Big Spring ‘preserves’ nature flora

By Forrest Haynes
Staff Photographer

Photos by Forrest Haynes
(left to right) Master naturalists Katie Gonzalez, John Gil, Amy Monroy and Lee Kelton, take the lead as master naturalist Richard Grayson leads the group deeper into the Big Spring Preserve March 21

Big Spring Preserve in Pleasant Grove became Dallas’ first non-man-made historical landmark Feb. 1, 2016. The achievement was the result of years of effort by Richard Grayson, a guide at the reserve, and a team of nature enthusiasts. The spring is one of the few remaining natural springs in Dallas, offering opportunities for visitors to recharge and learn more about nature, according to bigspringdallas.org.

A group of Brookhaven College students, staff and faculty visited the Big Spring Preserve March 21 to learn more about the spring and its surroundings. In an email to The Courier, Carrier Schweitzer, Brookhaven’s director of sustainability, said the Green Team Coalition expressed interest in going to see Big Spring.

“This is an extremely significant natural asset for Dallas and only is preserved due to diligence and persistence of citizen environmentalists who consistently make their case to Dallas City Council, park boards and others,” Schweitzer said.

Grayson and Lee Kelton, a master naturalist, led the tour while talking about the qualities of the natural spring. Big Spring Preserve possesses a thriving ecosystem of 300 species of documented flora, many of which house medicinal and nutritional qualities, Grayson said. The forest beyond the spring serves as an alligator gar spawning ground during flooding. The spring waters serve their own purposes, attracting fish and crawfish, which in turn, draw in hungry birds, Grayson said.

The spring faces threats from all sides and was nearly wiped out by construction before Grayson and his team intervened, he said. Even with the crisis averted, residents of southeast Dallas County want to develop the land to increase property values – a direct conflict of interest with keeping the spring alive, Grayson said.

Big Spring also faces natural crises. Grayson said the presence of wild hog feces has damaged the ecosystem by contaminating the spring’s water. He also said the ash trees are in danger of being destroyed by the emerald ash borer, an ash-tree-devouring insect currently in Louisiana and approaching rapidly.

The spring of the Big Spring Preserve flows out from beneath the field higher upon the hill, filtered by the sediment and pulled by gravity to produce pure spring water.

But Grayson and other environmentalists have taken preventative measures. With the spring protected as a historical landmark, there is little threat of development of the land that could choke the spring off. New plants have been planted to restore the spring to its original state before human intervention.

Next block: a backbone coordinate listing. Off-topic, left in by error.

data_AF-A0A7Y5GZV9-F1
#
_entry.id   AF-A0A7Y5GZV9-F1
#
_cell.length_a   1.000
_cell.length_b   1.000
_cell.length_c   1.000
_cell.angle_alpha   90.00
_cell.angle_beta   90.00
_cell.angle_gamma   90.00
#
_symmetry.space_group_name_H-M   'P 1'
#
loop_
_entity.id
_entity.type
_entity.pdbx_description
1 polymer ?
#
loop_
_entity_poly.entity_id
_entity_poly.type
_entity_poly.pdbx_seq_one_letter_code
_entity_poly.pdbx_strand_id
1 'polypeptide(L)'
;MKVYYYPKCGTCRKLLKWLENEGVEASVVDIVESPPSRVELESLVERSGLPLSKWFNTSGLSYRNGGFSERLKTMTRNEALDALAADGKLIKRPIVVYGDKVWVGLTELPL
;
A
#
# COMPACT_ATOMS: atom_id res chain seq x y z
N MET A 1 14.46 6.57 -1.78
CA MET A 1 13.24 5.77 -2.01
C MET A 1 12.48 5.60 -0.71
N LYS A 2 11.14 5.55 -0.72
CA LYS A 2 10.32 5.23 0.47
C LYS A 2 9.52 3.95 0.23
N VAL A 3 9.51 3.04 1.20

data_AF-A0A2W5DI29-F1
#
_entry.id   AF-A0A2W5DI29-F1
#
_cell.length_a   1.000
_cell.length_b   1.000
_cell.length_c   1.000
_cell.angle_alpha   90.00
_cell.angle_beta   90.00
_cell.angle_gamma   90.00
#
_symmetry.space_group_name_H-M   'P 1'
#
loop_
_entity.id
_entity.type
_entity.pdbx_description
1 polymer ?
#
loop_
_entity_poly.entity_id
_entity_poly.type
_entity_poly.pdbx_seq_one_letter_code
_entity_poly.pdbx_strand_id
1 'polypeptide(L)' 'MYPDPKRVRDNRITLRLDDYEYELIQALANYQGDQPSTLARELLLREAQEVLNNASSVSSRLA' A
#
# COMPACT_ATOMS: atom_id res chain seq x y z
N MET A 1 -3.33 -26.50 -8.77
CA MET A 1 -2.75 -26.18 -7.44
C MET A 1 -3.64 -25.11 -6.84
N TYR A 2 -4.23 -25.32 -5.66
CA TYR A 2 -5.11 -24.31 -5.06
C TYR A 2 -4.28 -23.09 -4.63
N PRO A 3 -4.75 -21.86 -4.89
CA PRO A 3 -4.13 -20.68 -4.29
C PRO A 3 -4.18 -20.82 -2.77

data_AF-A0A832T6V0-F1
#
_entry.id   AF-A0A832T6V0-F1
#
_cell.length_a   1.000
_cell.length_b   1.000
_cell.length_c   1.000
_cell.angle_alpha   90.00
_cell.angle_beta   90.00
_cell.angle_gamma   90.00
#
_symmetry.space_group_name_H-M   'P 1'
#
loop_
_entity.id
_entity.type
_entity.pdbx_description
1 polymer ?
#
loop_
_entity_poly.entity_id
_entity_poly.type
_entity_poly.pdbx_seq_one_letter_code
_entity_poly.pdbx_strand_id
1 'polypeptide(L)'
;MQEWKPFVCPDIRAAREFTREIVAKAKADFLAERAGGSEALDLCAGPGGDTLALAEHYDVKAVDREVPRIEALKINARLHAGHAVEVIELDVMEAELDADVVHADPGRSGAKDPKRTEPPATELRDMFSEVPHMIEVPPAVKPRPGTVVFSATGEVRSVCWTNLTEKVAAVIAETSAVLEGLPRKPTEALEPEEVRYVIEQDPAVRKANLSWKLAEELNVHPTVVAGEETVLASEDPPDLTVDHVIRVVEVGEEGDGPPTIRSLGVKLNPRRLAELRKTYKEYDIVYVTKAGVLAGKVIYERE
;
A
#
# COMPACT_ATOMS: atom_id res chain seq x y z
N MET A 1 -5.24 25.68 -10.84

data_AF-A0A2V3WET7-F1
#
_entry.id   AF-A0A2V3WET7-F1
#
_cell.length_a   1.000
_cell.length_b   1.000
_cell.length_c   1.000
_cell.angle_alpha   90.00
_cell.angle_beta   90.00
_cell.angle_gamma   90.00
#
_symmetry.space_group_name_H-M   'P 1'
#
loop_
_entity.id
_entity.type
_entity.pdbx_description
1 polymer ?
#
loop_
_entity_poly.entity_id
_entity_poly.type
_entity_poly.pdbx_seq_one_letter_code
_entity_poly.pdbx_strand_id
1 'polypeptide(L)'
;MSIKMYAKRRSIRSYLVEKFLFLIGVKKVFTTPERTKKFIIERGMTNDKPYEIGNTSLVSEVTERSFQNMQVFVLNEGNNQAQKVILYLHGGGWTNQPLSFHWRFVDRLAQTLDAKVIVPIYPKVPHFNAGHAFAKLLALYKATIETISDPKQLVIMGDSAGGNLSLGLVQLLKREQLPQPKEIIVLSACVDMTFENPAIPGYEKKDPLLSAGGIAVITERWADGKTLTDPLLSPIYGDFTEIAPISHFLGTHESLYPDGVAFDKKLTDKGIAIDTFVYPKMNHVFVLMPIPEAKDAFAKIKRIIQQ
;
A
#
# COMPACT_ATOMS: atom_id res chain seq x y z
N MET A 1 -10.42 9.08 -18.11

“Do your job of environmental activist work,” Grayson said. “If you are feeling down, go outside with nature until you are recharged again.”

Grayson said he hopes efforts to diversify the forestry will ward off the emerald ash borer. The wild hog population remains regulated by trapping and hunting, reducing their damage, Grayson said.

“Big Spring is a fabulous location for an interdisciplinary field trip – the nexus of earth sciences, history … and, of course, politics,” Schweitzer said. “Plus, it is just an amazing ecosystem.”

On top of its educational purposes, Big Spring Preserve has significant historical value. Grayson and Kelton paused through the tour to explain the history of a great Bur Oak tree next to the spring. They said it is believed to have served as one of Sam Houston’s campsites during his march across the state. The tree is believed to be 150-250 years old, Grayson said.

Across a fence near the main trail is an old landfill that serves as the final resting place for The Comet, a rollercoaster that was part of the State Fair of Texas from 1947-1986.

Another tree standing beside the trail near the spring was punctured with a railroad spike in 1941 by a member of the Pemberton family to mark flood waters. Within the forest beyond, another marker flies high in the treetops, placed there by Grayson to mark the height at which his kayak floated in 2015 when flood waters reached 15 feet.

Schweitzer said she would like to arrange trips to other local natural sites. “I would love to have a team of interdisciplinary faculty look at the Trinity River story – [there is] so much to learn about our environmental and political ecosystems,” Schweitzer said.

Referring to the politics of preserving natural sites, Schweitzer said: “This political story continues to play out in the May Dallas City Council election.  I urge all City of Dallas residents to register to vote and carefully look at the candidates – especially those endorsed by the Dallas Green Alliance.  These candidates pledge to keep the Trinity River a public asset that can become a public park and perhaps the largest urban nature reserve in the country.”

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